* Symptoms of arsenic poisoning vary with the type and concentration of the poison; inorganic arsenic may cause abdominal pains, destruction of red blood cells, shock, and death quickly, while lower concentrations and occasionally organic arsenic cause far less severe symptoms.
* Diagnosis of arsenic poisoning is made by determining inorganic and organic levels of arsenic in the blood and urine.
* Treatment of arsenic poisoning in acute toxic poisonings needs to begin quickly; treatment involves removal of arsenic by dialysis, chelating agents, replacement of red blood cells, and if ingested, bowel cleansing.
* Acute toxic inorganic arsenic poisoning has only a fair to poor outcome; chronic poisoning has a better outcome.
* Arsenic is found in groundwater, many chemicals, and foods. If arsenic is in the organic form, it is likely nontoxic or weakly toxic to humans, but inorganic arsenic can also be found in similar locations and materials and in high concentrations in industrial processes. 


In 2013, the FDA made recommendations that less than 10 parts per billion of arsenic was acceptable for levels in apple juice. Levels for arsenic have yet to be FDA approved for rice, although groundwater levels that provide arsenic to rice was set the FDA at less than 10 parts per billion.

Some information about what can be expected from exposure to Arsenic

Short-term exposure:

Breathing in high levels of arsenic may cause a sore throat and irritated lungs.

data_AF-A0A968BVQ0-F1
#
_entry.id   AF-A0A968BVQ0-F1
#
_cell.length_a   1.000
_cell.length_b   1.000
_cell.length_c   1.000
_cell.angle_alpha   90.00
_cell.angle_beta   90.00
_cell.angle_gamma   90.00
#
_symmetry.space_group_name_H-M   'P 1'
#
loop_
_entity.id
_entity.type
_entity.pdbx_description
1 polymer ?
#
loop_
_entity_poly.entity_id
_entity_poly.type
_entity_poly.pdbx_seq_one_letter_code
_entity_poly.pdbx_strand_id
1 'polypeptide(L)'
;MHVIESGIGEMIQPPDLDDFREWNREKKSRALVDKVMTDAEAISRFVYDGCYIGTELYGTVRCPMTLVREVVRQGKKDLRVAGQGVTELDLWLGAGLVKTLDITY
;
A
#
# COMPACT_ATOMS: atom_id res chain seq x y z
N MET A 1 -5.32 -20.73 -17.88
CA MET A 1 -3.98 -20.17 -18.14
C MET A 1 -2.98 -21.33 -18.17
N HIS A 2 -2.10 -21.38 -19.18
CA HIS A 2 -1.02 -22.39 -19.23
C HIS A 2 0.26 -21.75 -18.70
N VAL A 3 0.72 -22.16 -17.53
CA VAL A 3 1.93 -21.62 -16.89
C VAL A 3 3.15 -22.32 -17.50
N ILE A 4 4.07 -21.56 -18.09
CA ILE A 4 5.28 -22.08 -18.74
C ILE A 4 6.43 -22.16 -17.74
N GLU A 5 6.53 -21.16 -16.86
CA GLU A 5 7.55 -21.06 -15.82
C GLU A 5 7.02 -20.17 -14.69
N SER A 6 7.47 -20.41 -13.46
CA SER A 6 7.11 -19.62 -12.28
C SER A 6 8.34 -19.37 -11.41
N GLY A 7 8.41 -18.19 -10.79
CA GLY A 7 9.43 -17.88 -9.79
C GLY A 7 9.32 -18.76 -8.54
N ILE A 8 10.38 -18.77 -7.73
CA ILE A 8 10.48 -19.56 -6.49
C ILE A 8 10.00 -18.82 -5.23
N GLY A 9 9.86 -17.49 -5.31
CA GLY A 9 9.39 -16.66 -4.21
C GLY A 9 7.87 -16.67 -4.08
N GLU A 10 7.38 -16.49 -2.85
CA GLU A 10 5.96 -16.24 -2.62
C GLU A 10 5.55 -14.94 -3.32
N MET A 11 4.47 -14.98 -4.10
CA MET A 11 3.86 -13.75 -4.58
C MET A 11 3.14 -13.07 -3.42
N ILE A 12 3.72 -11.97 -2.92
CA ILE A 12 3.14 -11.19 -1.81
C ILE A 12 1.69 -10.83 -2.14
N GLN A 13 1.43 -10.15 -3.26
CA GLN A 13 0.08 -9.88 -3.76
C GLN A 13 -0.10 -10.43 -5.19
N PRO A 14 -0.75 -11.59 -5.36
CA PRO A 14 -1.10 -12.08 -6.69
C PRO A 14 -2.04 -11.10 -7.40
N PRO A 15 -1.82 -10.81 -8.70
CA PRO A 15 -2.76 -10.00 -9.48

Swallowing high levels of arsenic can cause things like:

  • Stomach Ache
  • Nausea and vomiting
  • Diarrhea
  • Muscle weakness and cramping
  • "Pins and needles" sensations in hands and feet
  • Skin changes or rashes
  • Bruising (caused by blood vessel damage)
Exposure to high enough amounts of arsenic can be fatal.
Contact with the skin can cause redness and swelling, although it's not known if it can cause other health problems.

Long-term exposure:

Exposure to lower levels of arsenic over longer periods of time can cause many of the same health problems listed above. 


It can also result in:

  • Irregular heartbeat
  • Liver and kidney damage
  • A shortage of red and white blood cells, which can lead to fatigue and an increased risk of infections
  • Skin changes are a common sign of chronic arsenic exposure. 

The changes can include
darkened patches of skin and the appearance of areas of thickened skin, usually on the palms and soles.

Some Side Effects:
* Some of the side effects of arsenic include agitation, constipation, darkening of skin, drowsiness, earache, poor appetite, increased sweating, mouth sores, fatigue, weight loss, nausea, nose bleeding, vomiting, depression, seizures, tremors, dry eyes, allergic reactions, sudden weight gain, wheezing, irregular pulse and increased thirst.

A Trace Element:
Arsenic is a trace element (*an element that is required in minute amounts for normal growth and development and the functioning of vital enzyme systems). It is found in several foods including seafood, poultry, grains (especially rice), bread, cereal products, mushrooms, and dairy products. Some forms of arsenic are used as medicine.